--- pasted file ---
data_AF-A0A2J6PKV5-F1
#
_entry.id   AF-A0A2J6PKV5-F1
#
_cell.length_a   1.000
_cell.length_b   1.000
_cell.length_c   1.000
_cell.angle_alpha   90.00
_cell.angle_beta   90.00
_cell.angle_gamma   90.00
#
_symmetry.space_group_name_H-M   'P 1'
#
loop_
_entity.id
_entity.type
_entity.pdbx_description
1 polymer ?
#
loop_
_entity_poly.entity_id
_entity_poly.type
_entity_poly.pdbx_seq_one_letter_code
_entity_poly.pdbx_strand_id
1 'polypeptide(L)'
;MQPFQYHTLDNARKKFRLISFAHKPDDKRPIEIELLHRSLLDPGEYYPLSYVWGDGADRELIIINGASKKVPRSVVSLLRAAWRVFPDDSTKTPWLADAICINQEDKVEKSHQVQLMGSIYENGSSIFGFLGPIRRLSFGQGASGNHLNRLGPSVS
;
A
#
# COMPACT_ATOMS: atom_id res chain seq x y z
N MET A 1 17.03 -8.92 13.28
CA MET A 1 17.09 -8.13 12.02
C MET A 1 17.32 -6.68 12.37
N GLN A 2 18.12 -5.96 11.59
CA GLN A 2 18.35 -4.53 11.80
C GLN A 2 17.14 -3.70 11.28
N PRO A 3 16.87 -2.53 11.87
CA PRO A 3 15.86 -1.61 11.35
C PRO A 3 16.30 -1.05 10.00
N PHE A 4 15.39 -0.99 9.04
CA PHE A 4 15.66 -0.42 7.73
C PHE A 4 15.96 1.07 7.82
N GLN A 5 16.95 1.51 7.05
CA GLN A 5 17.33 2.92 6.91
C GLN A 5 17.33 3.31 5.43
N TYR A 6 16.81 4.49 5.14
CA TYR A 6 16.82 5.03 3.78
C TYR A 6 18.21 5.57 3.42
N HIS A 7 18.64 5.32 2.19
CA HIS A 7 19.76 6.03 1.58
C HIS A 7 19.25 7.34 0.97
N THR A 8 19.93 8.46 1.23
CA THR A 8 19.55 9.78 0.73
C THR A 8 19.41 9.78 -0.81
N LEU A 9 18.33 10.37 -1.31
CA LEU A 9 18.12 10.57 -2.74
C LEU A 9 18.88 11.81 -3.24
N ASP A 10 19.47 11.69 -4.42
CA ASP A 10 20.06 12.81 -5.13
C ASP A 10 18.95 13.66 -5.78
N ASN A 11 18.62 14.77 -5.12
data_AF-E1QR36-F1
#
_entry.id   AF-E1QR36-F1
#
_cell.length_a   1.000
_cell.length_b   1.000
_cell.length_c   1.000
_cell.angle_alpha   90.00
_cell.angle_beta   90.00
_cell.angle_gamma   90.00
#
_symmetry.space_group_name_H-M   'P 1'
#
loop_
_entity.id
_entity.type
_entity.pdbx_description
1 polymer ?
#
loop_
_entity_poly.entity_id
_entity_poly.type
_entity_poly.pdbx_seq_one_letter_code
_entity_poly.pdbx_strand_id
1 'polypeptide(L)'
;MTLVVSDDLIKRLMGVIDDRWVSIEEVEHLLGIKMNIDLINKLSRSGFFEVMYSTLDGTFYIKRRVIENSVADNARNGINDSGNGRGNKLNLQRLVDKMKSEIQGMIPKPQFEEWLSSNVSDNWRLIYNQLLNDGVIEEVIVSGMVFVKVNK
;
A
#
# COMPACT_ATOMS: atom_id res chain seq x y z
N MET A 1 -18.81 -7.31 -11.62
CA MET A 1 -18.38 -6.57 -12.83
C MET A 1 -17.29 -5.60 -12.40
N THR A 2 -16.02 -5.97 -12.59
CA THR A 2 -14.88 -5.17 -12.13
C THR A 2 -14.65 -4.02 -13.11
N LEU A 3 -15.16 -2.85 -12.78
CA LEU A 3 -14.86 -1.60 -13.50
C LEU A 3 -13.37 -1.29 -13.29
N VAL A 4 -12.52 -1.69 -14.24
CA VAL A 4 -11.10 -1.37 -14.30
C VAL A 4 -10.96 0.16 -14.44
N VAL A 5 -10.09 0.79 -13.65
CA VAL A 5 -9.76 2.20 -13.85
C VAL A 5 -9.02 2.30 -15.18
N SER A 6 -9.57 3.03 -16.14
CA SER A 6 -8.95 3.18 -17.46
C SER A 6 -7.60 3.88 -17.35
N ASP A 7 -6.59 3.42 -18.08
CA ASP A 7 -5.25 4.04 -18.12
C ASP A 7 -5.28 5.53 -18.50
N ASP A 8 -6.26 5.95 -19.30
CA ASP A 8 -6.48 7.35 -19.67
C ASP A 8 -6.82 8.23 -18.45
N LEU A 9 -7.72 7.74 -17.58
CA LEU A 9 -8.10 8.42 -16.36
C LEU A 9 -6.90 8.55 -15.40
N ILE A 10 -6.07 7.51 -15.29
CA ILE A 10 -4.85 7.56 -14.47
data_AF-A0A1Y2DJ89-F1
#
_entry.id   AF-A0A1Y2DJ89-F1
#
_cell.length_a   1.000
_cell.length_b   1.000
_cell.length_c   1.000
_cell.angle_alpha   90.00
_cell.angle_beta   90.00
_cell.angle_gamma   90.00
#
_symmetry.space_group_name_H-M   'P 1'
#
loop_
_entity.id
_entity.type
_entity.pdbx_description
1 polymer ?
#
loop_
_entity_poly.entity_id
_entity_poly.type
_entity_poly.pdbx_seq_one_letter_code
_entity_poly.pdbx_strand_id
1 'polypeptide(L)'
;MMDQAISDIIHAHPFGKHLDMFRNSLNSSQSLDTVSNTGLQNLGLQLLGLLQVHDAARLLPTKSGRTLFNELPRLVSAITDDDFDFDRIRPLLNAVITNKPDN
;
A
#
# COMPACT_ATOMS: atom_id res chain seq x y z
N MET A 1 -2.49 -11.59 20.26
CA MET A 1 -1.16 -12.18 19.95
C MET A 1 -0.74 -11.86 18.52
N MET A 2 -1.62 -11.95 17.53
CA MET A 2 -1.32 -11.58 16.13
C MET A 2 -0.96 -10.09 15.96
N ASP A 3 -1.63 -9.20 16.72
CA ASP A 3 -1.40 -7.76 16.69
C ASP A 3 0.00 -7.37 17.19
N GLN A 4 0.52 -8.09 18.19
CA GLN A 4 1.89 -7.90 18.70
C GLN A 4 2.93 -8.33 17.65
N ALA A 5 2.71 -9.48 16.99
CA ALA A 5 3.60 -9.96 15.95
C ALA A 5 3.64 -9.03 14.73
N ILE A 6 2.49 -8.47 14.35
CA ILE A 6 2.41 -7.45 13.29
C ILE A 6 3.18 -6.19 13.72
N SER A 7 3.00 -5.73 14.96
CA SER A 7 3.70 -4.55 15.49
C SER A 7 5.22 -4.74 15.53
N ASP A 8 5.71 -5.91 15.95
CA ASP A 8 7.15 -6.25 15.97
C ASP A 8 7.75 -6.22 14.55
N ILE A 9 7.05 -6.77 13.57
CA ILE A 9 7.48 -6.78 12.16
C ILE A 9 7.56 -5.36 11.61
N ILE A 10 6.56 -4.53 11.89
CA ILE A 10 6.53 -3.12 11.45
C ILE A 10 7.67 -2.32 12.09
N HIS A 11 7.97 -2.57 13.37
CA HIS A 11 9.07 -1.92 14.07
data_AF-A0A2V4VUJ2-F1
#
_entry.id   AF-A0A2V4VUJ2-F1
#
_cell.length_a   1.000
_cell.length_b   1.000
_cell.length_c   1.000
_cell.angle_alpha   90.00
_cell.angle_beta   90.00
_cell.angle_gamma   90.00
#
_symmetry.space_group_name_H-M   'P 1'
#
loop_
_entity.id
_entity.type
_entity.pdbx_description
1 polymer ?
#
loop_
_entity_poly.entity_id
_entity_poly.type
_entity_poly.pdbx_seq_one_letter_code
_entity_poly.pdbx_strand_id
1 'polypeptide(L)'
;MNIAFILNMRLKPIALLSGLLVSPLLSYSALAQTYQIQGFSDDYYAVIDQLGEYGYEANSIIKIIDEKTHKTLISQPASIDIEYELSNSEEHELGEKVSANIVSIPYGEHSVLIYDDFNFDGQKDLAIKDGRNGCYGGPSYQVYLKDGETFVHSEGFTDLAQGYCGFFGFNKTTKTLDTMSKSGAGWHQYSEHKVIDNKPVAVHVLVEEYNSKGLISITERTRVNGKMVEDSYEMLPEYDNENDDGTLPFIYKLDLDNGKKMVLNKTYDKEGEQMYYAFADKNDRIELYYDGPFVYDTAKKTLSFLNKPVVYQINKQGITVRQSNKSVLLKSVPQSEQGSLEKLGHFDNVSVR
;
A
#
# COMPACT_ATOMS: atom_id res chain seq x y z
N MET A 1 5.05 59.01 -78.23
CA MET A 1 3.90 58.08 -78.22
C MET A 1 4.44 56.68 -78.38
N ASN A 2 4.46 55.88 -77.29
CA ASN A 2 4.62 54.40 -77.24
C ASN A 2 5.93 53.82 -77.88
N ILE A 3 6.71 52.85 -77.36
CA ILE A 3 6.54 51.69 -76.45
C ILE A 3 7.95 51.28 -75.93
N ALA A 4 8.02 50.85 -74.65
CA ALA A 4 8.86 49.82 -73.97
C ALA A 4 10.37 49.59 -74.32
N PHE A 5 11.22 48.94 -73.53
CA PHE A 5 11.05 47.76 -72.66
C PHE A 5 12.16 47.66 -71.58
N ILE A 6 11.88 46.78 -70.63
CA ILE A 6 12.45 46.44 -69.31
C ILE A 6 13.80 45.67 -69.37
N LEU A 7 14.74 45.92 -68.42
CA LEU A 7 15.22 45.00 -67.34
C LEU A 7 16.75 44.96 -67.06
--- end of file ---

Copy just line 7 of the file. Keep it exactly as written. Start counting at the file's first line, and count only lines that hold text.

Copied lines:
_cell.length_c   1.000